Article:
Right beside the form, Jasper uses data (70,000+ leading brands, agencies, and content creators) and customer logos to reinforce just how many high-profile businesses trust the tool to meet their needs.
Affinity’s form to request a demo is placed above the fold where visitors can easily see it.
In the form copy, Affinity makes it clear that the purpose of the form is to collect data about the prospect so they can best understand their needs. Affinity asks for the first name, last name, email address, company, title, employees, and industry of the prospect. This information will help them figure out the features of Affinity that the prospect might be interested in so that they can capitalize on that during the demo.
The landing page itself features social proof in the form of customer logos, data/numbers, and testimonials from existing customers.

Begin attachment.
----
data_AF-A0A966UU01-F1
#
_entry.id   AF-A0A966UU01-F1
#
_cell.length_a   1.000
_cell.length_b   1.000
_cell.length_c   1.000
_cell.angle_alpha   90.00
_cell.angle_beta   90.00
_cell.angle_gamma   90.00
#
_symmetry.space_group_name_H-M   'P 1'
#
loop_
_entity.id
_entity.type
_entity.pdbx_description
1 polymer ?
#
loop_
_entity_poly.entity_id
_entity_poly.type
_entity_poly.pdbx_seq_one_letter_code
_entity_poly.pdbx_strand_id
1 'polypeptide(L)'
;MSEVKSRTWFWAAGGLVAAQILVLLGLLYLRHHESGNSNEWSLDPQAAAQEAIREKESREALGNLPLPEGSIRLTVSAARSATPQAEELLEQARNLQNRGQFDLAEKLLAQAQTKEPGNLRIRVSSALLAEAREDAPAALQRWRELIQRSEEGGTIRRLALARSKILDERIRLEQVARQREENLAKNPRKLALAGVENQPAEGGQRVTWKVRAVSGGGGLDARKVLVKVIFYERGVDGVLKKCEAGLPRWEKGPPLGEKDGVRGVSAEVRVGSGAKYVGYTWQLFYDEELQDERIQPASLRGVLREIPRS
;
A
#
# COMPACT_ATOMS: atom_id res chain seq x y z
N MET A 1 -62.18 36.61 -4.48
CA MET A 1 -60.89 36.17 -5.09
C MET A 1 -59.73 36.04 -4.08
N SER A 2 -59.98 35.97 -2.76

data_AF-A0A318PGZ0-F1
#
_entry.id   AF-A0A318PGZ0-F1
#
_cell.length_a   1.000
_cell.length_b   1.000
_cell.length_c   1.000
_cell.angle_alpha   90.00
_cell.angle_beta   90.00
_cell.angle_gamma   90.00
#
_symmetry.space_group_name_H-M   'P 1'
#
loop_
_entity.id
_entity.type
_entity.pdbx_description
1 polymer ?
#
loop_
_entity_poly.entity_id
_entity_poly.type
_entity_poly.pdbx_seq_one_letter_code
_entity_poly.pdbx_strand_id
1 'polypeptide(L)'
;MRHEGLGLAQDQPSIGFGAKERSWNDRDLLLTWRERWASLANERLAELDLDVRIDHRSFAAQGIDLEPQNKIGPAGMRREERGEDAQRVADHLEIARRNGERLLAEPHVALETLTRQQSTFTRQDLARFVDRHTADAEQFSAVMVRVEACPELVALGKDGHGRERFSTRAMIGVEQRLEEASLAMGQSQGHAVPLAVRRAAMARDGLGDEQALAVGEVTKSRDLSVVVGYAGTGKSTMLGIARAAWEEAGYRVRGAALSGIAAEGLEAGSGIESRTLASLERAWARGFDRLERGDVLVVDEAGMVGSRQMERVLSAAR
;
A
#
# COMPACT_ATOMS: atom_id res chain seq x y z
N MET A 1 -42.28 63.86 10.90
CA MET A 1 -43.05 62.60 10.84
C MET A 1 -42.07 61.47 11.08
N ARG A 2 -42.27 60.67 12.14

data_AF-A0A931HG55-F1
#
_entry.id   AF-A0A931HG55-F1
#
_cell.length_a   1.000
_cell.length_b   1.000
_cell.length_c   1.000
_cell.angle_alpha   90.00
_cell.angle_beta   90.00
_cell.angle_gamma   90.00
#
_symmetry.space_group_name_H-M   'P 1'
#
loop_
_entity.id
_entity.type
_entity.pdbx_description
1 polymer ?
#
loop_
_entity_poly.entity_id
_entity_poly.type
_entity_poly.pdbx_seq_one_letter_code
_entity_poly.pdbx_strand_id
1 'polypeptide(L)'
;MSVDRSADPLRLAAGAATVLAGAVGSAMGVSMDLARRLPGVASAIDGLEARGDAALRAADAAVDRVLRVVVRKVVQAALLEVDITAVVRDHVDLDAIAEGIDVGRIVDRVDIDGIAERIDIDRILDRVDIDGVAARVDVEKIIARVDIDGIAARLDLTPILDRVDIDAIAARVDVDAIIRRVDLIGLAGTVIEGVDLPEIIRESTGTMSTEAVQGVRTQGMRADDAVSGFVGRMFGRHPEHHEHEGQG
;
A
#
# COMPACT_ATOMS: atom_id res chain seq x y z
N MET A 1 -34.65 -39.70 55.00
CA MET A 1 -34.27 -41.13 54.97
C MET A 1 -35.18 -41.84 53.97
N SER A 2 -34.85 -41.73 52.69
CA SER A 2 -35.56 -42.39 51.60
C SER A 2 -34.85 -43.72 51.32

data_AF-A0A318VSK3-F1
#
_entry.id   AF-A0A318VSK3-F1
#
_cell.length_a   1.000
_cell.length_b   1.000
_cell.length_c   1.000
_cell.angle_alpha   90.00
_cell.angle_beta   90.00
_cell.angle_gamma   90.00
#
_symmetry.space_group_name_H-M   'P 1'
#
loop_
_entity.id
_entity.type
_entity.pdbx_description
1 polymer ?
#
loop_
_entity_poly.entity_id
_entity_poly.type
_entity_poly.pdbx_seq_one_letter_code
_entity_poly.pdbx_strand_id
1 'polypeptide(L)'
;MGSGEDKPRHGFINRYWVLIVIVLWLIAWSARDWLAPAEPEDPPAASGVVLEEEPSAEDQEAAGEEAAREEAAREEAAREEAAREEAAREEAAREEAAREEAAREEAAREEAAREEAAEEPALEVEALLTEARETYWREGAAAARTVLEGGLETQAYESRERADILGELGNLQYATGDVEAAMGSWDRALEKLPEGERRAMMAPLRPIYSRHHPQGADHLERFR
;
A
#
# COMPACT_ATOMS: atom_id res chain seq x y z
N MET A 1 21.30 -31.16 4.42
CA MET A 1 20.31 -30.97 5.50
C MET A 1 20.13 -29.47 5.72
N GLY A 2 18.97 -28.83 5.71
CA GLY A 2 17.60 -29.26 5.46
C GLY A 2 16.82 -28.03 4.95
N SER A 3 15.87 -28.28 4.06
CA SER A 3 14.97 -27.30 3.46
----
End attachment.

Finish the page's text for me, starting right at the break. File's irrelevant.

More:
So if a prospect is hesitant to request a demo with Affinity, these social proof elements are there to convince them that requesting a demo of Affinity’s product is worth their time.
HubSpot CMS includes a “Get a Demo” form, which is a bit shorter and more straight-to-the-point than Affinity’s.
On the left side of the page, the form copy briefly explores the popular features of HubSpot CMS. This helps the prospect put things into perspective and decide if HubSpot CMS offers features that they truly need in their work operations.
The form itself asks for the prospect’s first name, last name, phone number, company name, website URL, and the number of employees that work there. This information helps HubSpot decide if the lead is worth pursuing.